Bill and Jo Harding, advanced storm chasers on the brink of divorce, must join together to create an advanced weather alert system by putting themselves in the cross-hairs of extremely violent tornadoes.
A giant, reptilian monster surfaces, leaving destruction in its wake. To stop the monster (and its babies), an earthworm scientist, his reporter ex-girlfriend, and other unlikely heroes team up to save their city.
It is New Year's Eve, and over 2,000 passengers & crew are ringing in the New Year aboard the huge cruise ship 'Poseidon' when it capsizes on the open sea in the middle of the North Atlantic Ocean! A small group of survivors find themselves unlikely allies in a battle for their lives. Preferring to test the odds alone, career gambler Dylan Johns ignores captain's orders to wait below for possible rescue and sets out to find his own way to safety. What begins as a solo mission soon draws others, as Dylan is followed by a desperate father searching for his daughter and her fiancée--a young couple who hours before couldn't summon the courage to tell him they were engaged and now face much graver challenges. Along the way they are joined by a single mother and her wise-beyond-his-years son, an anxious stowaway and a despondent fellow passenger who boarded the ship not sure he wanted to live but now knows he doesn't want to die. Determined to fight their way to the surface, the group sets ... Written by
Anthony Pereyra (hypersonic91yahoo.com)
The "upside-down" set was built on top of a large water tank in the sound stage so that it can be filled with water and drained in a matter of hours. See more »
In the opening sequence where the camera pans around the entire ship, all the lifeboats are facing backward. The propellers are facing towards the bow of the Poseidon. Also sequences involving the Navigation Bridge show the space as being well lit. Ship's bridges are kept in near pitch-black darkness so as not to hinder the navigation watch's night vision. And finally all ship's machinery (like the bow thruster motors) have emergency shut offs in the space with the machinery. See more »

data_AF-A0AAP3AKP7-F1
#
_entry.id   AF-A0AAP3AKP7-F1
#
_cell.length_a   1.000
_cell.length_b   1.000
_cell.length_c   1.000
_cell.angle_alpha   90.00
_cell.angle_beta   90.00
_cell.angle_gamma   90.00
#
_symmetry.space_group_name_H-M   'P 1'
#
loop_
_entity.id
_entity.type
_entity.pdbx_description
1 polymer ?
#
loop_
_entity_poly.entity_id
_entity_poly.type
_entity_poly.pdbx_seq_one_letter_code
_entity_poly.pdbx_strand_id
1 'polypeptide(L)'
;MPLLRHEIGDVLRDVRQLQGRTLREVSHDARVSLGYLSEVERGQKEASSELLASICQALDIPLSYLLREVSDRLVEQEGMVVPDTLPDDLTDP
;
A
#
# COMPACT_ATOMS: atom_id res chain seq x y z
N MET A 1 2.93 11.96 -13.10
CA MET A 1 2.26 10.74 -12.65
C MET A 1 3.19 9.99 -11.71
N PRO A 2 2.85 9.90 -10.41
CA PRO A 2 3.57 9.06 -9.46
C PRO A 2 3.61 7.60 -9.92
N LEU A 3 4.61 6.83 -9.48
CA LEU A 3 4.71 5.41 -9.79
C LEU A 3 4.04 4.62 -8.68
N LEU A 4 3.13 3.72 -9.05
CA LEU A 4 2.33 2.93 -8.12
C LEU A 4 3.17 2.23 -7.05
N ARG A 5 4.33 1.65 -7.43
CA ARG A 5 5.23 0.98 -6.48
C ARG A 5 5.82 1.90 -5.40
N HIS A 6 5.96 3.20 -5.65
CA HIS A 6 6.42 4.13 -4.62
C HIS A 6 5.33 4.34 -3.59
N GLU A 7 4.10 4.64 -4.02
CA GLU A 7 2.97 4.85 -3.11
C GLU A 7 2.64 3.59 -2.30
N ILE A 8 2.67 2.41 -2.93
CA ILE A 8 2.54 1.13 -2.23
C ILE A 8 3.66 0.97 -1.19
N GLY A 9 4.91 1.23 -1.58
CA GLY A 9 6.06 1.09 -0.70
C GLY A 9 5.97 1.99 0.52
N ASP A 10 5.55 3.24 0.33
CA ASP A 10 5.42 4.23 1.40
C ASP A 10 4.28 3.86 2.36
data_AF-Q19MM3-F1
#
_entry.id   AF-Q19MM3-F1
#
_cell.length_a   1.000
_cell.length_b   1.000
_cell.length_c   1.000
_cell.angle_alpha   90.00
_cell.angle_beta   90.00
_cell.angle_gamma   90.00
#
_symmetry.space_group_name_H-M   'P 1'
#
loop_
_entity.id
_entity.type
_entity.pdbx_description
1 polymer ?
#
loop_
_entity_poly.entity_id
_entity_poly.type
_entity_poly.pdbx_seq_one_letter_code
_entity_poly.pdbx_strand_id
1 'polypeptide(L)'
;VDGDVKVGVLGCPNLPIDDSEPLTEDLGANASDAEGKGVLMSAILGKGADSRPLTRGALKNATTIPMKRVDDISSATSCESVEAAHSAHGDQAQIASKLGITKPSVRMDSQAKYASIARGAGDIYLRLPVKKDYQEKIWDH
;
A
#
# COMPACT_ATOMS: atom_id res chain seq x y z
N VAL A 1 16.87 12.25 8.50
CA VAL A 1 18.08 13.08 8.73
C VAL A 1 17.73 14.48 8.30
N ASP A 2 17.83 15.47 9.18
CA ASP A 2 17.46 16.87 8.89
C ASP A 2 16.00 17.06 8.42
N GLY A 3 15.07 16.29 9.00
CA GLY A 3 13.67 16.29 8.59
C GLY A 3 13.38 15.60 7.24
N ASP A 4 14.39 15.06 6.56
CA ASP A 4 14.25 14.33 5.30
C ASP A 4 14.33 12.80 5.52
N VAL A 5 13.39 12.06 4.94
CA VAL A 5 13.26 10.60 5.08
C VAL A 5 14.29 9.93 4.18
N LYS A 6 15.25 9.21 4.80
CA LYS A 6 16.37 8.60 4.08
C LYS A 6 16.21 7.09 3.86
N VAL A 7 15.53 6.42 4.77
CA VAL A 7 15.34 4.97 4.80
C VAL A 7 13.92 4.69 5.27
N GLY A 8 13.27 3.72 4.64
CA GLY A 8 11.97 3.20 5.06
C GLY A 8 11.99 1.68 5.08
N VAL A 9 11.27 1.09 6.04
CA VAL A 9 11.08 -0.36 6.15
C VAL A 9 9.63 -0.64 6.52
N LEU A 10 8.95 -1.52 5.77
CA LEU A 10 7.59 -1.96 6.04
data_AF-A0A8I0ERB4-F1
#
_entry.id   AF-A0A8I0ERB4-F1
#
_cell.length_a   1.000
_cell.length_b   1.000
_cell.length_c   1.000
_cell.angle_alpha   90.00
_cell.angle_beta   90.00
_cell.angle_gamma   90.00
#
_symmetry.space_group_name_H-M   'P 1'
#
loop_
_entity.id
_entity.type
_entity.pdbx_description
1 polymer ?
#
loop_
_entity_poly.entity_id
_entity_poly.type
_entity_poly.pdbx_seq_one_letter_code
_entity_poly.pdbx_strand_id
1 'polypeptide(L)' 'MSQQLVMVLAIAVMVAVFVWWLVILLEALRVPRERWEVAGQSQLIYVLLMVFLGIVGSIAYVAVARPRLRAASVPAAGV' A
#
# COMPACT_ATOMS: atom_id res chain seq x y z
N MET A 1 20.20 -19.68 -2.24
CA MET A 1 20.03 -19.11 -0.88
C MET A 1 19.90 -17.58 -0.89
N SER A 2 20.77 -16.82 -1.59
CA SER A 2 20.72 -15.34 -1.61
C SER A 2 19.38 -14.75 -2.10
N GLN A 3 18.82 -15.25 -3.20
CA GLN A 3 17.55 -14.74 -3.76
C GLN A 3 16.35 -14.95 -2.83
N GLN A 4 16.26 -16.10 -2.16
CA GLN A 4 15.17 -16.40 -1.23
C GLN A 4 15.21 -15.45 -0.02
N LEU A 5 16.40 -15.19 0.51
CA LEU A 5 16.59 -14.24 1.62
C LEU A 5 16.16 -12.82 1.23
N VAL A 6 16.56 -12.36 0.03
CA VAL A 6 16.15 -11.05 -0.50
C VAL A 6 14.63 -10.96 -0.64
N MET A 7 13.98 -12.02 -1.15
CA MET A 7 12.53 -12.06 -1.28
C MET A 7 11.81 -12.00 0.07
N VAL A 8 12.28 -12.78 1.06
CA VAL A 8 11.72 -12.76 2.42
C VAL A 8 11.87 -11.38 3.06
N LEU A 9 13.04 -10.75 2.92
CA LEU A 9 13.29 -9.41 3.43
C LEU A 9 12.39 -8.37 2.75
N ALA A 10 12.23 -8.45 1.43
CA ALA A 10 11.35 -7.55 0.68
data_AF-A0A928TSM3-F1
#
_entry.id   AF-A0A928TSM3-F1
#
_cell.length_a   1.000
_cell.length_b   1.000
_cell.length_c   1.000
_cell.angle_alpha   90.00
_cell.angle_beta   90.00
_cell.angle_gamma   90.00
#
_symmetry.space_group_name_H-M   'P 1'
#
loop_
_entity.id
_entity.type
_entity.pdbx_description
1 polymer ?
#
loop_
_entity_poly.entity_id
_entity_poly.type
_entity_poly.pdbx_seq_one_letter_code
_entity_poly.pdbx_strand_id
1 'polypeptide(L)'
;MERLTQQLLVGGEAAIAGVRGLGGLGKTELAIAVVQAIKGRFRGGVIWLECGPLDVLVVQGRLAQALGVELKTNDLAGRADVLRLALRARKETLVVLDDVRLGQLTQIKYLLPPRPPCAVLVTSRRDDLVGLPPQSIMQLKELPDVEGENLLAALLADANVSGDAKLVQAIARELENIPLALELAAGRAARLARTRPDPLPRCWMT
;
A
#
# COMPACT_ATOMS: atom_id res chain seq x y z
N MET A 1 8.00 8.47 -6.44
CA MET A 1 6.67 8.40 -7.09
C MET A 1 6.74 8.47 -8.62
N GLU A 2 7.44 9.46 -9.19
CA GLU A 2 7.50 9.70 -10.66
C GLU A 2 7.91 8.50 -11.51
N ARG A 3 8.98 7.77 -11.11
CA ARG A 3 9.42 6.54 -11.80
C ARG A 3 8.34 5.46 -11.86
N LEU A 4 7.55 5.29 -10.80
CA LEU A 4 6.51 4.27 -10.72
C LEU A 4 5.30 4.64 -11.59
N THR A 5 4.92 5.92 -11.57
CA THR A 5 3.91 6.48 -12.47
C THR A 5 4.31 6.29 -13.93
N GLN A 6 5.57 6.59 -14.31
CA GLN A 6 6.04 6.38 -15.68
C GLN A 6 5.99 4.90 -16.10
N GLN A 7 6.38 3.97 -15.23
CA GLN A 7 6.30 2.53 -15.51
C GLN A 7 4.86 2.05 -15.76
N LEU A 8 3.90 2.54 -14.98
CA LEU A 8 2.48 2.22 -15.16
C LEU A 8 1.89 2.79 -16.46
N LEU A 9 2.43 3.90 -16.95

This movie epitomizes what is wrong with Hollywood today. Because they lack imagination, the major film studios either copy an idea from a foreign film (Japanese, French, English, especially) or make a sequel or remake of an an existing moneymaker and milk it to death. Where are the original ideas? The Hollywood movie industry (and most of American TV for that matter) has become far too idealistic in my view. The characters are depicted as, not how people really are, but how we would like them to be, and the viewers often emulate what they see on screen as if life actually IS like that. Why should it be all about the 'bottom line'. Out of the top 10 top grossing movies each year, how many actually make a profit? It seems to be a matter of just churning out this sort of garbage and hoping for the best. Why don't the major studios spend the same amount of money making fewer but better films? One wonders sometimes how people are convinced into investing good money in making this rubbish. Poseidon? So far this 'blockbuster' has grossed $50 million a long way from the $140 million it cost to make. Chances are it won't even break even. It becomes very obvious right from the start that it is formulaic and clichéd. For example, why anyone in their right mind would take a woman and her young son along with the exploring party is anyone's guess. Probably because they prove useful along the way. The Hispanic busboy (Valentine) who tags along was the obvious candidate to die being a nonentity, an unknown actor. It's all squarely aimed at the 'demographic' the 13-30 group. That's why there is always a child involved in the story, why most of the characters are 30 years old and good looking. That's why we have a politically correct cast with a black captain, Hispanic entertainers, etc. There is a always a love interest to attract the female segment of the audience and there is always a happy ending one way or another. We have the usual combination of 'B' list actors and those desperate for work, who go through the motions of what passes for acting these days. 'Stand on your mark and say your line when it's your turn'. Don't the directors realize that when people talk to one another, they often interrupt one another? Robert Altman knows this but few others. The special effects are good but with a few too many quick camera movements that are hard on the eye after a while. After only a few minutes I realized that I had seen this movie before in all its forms. Even though the backdrop changes, the character development is always the same. The guy who cares only for himself discovers that he has some redeeming features, The hero will do heroic things and maybe make the supreme sacrifice to save others. Father and son/daughter will reconcile their differences, the coward becomes brave, etc.etc. I've seen it all before.
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